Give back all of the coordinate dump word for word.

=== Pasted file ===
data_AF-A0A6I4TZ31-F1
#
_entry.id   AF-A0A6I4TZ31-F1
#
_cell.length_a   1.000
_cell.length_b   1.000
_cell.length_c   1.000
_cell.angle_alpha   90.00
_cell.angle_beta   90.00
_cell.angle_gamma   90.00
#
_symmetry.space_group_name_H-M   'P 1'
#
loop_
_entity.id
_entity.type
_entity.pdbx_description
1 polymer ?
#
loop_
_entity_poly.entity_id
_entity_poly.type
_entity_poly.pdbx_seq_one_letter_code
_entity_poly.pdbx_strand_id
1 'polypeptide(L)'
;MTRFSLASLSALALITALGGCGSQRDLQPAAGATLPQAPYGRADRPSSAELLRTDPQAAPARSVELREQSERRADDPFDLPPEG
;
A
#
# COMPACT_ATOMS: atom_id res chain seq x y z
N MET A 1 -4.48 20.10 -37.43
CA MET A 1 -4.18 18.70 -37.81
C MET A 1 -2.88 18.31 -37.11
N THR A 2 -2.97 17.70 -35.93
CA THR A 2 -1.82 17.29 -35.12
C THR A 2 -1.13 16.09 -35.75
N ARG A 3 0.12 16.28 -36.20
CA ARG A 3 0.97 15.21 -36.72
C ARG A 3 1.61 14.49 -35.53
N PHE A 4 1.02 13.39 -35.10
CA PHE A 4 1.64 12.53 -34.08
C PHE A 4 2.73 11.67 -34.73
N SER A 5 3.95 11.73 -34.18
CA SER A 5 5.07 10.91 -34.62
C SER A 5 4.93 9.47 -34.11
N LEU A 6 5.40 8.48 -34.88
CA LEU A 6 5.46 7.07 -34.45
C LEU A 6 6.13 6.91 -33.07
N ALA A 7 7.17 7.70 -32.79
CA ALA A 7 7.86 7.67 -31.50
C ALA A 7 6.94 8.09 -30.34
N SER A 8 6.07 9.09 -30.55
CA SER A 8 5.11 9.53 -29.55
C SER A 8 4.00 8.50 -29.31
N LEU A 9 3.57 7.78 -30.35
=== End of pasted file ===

data_AF-A0A6I4TZ31-F1
#
_entry.id   AF-A0A6I4TZ31-F1
#
_cell.length_a   1.000
_cell.length_b   1.000
_cell.length_c   1.000
_cell.angle_alpha   90.00
_cell.angle_beta   90.00
_cell.angle_gamma   90.00
#
_symmetry.space_group_name_H-M   'P 1'
#
loop_
_entity.id
_entity.type
_entity.pdbx_description
1 polymer ?
#
loop_
_entity_poly.entity_id
_entity_poly.type
_entity_poly.pdbx_seq_one_letter_code
_entity_poly.pdbx_strand_id
1 'polypeptide(L)'
;MTRFSLASLSALALITALGGCGSQRDLQPAAGATLPQAPYGRADRPSSAELLRTDPQAAPARSVELREQSERRADDPFDLPPEG
;
A
#
# COMPACT_ATOMS: atom_id res chain seq x y z
N MET A 1 -4.48 20.10 -37.43
CA MET A 1 -4.18 18.70 -37.81
C MET A 1 -2.88 18.31 -37.11
N THR A 2 -2.97 17.70 -35.93
CA THR A 2 -1.82 17.29 -35.12
C THR A 2 -1.13 16.09 -35.75
N ARG A 3 0.12 16.28 -36.20
CA ARG A 3 0.97 15.21 -36.72
C ARG A 3 1.61 14.49 -35.53
N PHE A 4 1.02 13.39 -35.10
CA PHE A 4 1.64 12.53 -34.08
C PHE A 4 2.73 11.67 -34.73
N SER A 5 3.95 11.73 -34.18
CA SER A 5 5.07 10.91 -34.62
C SER A 5 4.93 9.47 -34.11
N LEU A 6 5.40 8.48 -34.88
CA LEU A 6 5.46 7.07 -34.45
C LEU A 6 6.13 6.91 -33.07
N ALA A 7 7.17 7.70 -32.79
CA ALA A 7 7.86 7.67 -31.50
C ALA A 7 6.94 8.09 -30.34
N SER A 8 6.07 9.09 -30.55
CA SER A 8 5.11 9.53 -29.55
C SER A 8 4.00 8.50 -29.31
N LEU A 9 3.57 7.78 -30.35